What Vitamins Do Grapes Contain?

Woman holding grapes
Grapes are rich in vitamin K. (Image: Jupiterimages/Creatas/Getty Images)

The U.S. Department of Agriculture recommends that healthy adult men and women consume 2 cups of fruit each day. A cup of most sliced or chopped raw fruits fulfills half of this requirement, including 1 cup of whole grapes – equivalent to about 32 whole seedless grapes. Both the red and green varieties are low in fat, high in fiber and a source of essential vitamins.

Vitamin K

Each 1-cup serving of fresh grapes contains 22 micrograms of vitamin K. For a man, this amount supplies 18 percent of his recommended daily allowance; for a woman, a cup of grapes fulfills 24 percent of her vitamin K requirement per day. Your body needs adequate vitamin K to build strong bones and to synthesize several of the proteins required for blood coagulation. If your diet lacks foods rich in vitamin K, you may be more likely to develop osteoporosis or bleed too much when injured.

Vitamin B-6

As an adult, you should get at least 1.3 milligrams of vitamin B-6 each day. Grapes contain 0.13 milligrams of vitamin B-6 in every cup, supplying 10 percent of the required daily intake. Also known as pyridoxine, vitamin B-6 is necessary for the production of neurotransmitters and hormones such as serotonin. Along with other B vitamins, it helps you metabolize the protein, fats and carbohydrates in your diet. People who consume plenty of vitamin B-6 may have a lower risk of depression, heart disease and rheumatoid arthritis, according to University of Maryland Medical Center.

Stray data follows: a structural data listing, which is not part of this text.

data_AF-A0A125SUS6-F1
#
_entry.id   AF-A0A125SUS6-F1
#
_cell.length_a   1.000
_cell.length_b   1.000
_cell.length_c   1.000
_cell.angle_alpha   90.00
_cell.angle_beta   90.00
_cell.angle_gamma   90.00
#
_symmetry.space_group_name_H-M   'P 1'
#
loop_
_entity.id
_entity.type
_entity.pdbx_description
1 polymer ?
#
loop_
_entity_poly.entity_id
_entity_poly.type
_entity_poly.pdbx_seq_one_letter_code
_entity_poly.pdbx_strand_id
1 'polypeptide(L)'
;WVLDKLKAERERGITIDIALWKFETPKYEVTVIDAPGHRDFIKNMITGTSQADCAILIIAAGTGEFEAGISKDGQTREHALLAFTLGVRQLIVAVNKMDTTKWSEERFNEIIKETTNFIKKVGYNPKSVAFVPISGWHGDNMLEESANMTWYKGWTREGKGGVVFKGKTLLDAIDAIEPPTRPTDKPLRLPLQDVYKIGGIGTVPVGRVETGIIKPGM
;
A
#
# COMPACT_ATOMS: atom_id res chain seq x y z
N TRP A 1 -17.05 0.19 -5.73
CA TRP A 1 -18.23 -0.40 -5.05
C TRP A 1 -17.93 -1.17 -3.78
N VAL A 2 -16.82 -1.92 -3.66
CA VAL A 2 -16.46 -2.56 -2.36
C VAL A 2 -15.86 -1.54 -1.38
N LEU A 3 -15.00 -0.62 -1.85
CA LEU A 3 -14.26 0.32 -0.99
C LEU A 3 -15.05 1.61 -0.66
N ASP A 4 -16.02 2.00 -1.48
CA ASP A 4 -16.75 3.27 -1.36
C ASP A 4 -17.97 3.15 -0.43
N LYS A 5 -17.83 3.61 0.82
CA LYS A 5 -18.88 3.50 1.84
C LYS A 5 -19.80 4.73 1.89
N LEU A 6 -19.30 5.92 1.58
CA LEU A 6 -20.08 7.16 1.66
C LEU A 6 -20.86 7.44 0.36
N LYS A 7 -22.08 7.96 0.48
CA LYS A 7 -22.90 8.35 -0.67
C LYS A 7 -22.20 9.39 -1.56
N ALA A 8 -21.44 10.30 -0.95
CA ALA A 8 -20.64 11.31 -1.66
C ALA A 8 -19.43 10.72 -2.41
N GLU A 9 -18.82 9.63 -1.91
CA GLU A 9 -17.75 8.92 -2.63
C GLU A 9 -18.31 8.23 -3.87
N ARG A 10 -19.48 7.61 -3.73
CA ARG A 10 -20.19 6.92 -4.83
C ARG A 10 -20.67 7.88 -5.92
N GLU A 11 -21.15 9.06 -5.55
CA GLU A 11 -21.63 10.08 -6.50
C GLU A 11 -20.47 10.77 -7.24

Thiamin Source

Every 1-cup serving of fresh grapes supplies 0.1 milligram of thiamin, or vitamin B-1. Consuming this amount of grapes would fulfill 8.3 percent of a man's daily requirement of the nutrient and 9 percent of a woman's recommended intake. Because this isn't a very good source of the vitamin, you can't get your daily recommended intake from grapes alone. Thiamin supports the health of your immune system and aids in the production of adenosine triphosphate, the primary compound your cells use for energy. Most Americans aren't severely deficient in thiamin, says UMMC, but if you regularly don't get enough, you may have a higher risk of developing cataracts.

Riboflavin Needs

Riboflavin, another member of the B family of vitamins, is needed to synthesize red blood cells, to support nervous system function and to help prevent free radical compounds from damaging DNA or cellular tissue. You may have a higher risk of cataracts if your diet doesn't contain enough riboflavin. You may also suffer from digestive disorders or fatigue. A 1-cup serving of grapes contains approximately 0.1 milligram of riboflavin, or about 7.6 percent of a man's recommended daily intake and 9 percent of a woman's. Consume additional sources of riboflavin to meet your DRI.

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